- Declining enrollment relief – Moving forward, school districts can utilize the greater of current year, prior year, or the average of three prior years’ ADA
- Learning Recovery Emergency Block Grant – $7.9 billion to LEAs based on ADA multiplied by unduplicated pupil percentage, available to increase learning time, close learning gaps, etc.
- Arts, Music, and Instructional Materials Discretionary Block Grant – $3.6 billion to all LEAs based on ADA, available for any operational costs but encourages use for instructional materials and professional developments related to arts, music and other subject areas
- Expanded Learning Opportunities Program (ELO-P) – Total ongoing funding expanded to $4.4 billion
- Community Schools – $1.1 billion expansion of community schools grant to cover every eligible LEA willing to apply
- Transitional Kindergarten – Continues rollout of program, funding provided to mitigate staffing needs
- Special Education – Additional $500 million to raise the special education base rate to $820
- School Nutrition – $650 to implement universal meals in 2022-23 school year and additional funds to augment meal reimbursement rate and improve kitchen infrastructure
- Transportation funding increase – $637 million in additional funding to reimburse LEAs for up to 60% of prior year transportation costs reported to the state
The Governor signed the following school finance bills:
- AB 1777 (Aguiar-Curry) – Migrant education: extended school year program: average daily attendance.
AB 1777, commencing on January 1, 2024, authorizes up to two local educational agencies (LEAs) to provide an extended school year program to migratory pupils who, due to family agricultural migratory movement, enroll in kindergarten, including transitional kindergarten, or any of grades 1 to 6, inclusive, on or after March 1 of the school year and depart on or before December 1 of the next school year, and authorizes average daily attendance (ADA) funding for those pupils if certain requirements are met.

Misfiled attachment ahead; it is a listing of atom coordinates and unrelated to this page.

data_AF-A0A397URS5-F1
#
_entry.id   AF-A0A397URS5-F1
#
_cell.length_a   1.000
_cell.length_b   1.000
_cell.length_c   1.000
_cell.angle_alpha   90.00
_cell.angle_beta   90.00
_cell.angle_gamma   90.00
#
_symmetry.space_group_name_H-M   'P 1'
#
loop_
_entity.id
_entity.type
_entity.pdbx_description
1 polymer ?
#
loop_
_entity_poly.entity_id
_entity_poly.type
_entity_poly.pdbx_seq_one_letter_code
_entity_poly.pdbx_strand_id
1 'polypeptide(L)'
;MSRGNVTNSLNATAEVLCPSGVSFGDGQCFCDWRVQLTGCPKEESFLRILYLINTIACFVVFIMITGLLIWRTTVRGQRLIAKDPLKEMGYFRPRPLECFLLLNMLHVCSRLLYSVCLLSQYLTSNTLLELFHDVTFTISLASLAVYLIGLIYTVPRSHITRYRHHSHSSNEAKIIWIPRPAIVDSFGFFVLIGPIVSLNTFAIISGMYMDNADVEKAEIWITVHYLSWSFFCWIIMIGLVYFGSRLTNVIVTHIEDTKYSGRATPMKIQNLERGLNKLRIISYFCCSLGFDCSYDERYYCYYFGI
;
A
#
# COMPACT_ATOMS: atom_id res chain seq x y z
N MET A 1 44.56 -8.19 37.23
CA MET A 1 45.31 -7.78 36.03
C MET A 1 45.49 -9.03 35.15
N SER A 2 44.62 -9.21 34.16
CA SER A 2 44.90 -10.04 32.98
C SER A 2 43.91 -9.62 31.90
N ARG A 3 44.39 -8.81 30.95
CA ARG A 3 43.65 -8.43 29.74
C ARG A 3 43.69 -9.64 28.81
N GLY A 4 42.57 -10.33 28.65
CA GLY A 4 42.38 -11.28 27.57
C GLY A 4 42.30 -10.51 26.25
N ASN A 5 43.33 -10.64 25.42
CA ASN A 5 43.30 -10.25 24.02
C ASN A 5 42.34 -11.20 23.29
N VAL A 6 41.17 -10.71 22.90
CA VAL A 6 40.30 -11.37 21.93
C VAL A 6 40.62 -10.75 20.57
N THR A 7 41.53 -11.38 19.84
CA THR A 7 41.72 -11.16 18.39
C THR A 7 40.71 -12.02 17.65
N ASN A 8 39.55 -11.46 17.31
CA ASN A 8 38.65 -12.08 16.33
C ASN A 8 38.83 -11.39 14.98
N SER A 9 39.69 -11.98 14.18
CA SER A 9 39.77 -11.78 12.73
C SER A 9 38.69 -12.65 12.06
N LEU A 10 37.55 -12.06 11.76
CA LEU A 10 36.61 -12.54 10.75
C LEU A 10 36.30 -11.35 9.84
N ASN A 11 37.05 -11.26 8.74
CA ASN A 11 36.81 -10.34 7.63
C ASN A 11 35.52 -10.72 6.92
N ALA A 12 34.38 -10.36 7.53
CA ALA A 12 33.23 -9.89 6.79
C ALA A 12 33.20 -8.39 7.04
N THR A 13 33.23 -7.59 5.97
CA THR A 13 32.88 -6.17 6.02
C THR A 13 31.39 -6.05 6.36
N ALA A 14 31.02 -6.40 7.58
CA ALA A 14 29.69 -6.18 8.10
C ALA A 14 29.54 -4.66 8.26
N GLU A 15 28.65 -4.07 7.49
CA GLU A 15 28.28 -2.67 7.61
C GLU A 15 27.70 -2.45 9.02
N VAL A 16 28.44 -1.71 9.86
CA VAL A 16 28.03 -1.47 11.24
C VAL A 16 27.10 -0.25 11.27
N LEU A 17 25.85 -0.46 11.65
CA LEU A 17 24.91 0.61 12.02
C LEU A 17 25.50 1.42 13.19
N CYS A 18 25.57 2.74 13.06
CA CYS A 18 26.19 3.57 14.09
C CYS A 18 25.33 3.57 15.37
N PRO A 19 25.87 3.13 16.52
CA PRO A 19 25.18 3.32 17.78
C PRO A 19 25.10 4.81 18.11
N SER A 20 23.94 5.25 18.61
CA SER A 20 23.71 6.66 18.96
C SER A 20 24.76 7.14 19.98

Chapter 483, Statutes of 2022 School Finance
- AB 178 (Ting) – Budget Act of 2022.
Termed the Budget Bill Junior, AB 178 makes technical and substantive changes to SB 154, the Budget Act of 2022.
Chapter 45, Statutes of 2022
- AB 179 (Ting) – Budget Act of 2022.
Another Budget Bill Junior, AB 179 makes technical and substantive changes to the Budget Act of 2022 to incorporate changes made as part of the August budget package.
Chapter 249, Statutes of 2022
- AB 181 (Committee on Budget) – Education finance: education omnibus budget trailer bill.
AB 181 is the K-12 education omnibus trailer bill that includes many K-12 appropriations and policy changes that go along with the Budget Act of 2022.
Chapter 52, Statutes of 2022
- AB 182 (Committee on Budget) – COVID-19 emergency response: Learning Recovery Emergency Fund: appropriation.